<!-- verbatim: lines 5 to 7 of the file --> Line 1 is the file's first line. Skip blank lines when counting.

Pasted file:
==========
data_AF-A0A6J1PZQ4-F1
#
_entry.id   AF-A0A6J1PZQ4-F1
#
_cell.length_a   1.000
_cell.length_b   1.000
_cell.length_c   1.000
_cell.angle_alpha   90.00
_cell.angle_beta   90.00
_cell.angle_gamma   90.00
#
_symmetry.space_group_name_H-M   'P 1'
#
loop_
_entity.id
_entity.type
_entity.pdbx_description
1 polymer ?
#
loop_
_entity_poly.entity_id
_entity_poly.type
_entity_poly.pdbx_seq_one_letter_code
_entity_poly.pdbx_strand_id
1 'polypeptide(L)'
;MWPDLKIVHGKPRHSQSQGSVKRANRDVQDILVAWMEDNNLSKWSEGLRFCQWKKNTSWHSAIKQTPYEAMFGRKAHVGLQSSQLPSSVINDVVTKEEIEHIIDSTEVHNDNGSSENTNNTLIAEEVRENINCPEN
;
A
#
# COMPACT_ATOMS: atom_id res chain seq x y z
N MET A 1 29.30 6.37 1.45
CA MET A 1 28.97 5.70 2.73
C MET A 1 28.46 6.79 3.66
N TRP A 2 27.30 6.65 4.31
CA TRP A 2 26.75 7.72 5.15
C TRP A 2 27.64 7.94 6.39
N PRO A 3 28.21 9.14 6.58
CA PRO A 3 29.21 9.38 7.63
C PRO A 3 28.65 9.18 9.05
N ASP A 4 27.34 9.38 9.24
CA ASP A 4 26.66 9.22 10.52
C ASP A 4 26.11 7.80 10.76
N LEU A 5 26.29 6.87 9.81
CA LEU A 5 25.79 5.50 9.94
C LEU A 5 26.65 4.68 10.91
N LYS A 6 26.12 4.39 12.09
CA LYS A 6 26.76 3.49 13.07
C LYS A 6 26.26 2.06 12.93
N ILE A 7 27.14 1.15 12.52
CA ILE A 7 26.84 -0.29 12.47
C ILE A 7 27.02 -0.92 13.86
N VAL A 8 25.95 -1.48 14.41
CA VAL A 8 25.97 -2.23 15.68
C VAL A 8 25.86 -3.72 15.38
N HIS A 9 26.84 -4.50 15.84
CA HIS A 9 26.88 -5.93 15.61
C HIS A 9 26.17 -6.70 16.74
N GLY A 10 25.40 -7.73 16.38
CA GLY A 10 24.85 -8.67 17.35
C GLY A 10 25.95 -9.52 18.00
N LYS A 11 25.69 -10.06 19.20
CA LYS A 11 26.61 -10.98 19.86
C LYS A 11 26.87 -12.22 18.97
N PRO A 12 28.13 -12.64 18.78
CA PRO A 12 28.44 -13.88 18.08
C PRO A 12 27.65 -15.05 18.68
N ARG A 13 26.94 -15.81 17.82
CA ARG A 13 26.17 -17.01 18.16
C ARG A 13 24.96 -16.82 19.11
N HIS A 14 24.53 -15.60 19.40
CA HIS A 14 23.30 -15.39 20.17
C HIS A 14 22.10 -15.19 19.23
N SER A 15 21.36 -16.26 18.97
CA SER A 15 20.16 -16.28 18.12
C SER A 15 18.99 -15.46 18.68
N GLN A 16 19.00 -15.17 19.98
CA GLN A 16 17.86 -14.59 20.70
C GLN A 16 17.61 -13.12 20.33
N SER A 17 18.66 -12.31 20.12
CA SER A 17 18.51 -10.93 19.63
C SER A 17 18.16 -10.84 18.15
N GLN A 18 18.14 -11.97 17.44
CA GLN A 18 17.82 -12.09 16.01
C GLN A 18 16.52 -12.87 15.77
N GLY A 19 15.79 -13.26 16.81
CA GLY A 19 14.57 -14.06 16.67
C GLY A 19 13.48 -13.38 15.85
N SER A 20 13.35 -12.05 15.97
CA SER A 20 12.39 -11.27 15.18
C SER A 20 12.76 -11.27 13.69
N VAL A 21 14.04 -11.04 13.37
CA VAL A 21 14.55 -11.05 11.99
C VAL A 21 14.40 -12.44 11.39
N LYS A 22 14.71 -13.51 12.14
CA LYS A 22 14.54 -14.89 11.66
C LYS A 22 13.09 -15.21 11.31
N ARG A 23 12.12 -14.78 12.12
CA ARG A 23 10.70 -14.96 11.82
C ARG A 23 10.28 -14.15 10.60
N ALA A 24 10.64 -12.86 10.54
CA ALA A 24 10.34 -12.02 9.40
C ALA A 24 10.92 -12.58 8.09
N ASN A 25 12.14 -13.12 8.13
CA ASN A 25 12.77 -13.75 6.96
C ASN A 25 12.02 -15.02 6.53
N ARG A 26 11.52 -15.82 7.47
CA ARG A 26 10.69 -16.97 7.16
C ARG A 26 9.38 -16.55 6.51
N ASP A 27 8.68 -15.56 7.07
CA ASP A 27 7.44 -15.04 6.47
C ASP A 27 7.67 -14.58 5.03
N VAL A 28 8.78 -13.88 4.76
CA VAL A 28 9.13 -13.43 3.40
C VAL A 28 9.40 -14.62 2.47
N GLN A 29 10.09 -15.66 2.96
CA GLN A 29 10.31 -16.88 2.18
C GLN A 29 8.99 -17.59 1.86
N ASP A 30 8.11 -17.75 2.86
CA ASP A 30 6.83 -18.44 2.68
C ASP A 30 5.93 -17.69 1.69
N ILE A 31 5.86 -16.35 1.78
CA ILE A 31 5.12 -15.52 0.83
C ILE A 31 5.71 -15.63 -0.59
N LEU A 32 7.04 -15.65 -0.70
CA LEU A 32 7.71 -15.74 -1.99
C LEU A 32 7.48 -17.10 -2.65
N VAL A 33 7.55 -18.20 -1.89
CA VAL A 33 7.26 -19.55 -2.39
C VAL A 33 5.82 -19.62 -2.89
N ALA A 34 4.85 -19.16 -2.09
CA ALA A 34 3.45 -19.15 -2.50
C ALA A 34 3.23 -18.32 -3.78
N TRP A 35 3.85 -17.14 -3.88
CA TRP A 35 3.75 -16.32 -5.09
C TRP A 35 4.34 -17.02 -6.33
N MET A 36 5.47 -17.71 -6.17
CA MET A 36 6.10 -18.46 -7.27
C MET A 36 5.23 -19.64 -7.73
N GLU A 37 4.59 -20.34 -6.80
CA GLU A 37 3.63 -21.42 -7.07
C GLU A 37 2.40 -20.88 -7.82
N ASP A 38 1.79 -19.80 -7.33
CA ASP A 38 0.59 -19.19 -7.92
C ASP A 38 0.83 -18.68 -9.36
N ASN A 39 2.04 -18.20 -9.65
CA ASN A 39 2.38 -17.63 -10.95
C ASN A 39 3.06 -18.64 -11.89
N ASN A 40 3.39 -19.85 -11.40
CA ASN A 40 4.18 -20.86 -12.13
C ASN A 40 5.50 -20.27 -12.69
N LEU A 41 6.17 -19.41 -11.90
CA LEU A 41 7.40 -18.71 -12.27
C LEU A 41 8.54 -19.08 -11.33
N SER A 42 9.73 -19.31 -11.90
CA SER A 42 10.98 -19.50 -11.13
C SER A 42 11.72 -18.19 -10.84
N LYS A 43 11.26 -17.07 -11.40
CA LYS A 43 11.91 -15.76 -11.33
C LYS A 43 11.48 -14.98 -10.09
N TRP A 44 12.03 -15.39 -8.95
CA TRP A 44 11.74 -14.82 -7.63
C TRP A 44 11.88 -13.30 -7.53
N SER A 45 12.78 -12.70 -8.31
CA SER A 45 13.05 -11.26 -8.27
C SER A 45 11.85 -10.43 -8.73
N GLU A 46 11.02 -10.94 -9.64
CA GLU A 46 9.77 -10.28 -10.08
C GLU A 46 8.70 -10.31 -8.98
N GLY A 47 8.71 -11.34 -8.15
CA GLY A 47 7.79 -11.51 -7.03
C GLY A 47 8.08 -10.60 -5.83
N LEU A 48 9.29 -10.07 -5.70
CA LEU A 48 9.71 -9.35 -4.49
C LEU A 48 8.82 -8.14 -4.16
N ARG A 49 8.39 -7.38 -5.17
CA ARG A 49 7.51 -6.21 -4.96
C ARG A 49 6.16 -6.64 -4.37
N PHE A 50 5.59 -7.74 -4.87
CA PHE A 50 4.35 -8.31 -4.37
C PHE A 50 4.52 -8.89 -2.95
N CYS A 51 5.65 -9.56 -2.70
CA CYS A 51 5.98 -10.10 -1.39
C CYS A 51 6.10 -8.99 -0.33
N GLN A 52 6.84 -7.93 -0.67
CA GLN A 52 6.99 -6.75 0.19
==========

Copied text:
_cell.length_a   1.000
_cell.length_b   1.000
_cell.length_c   1.000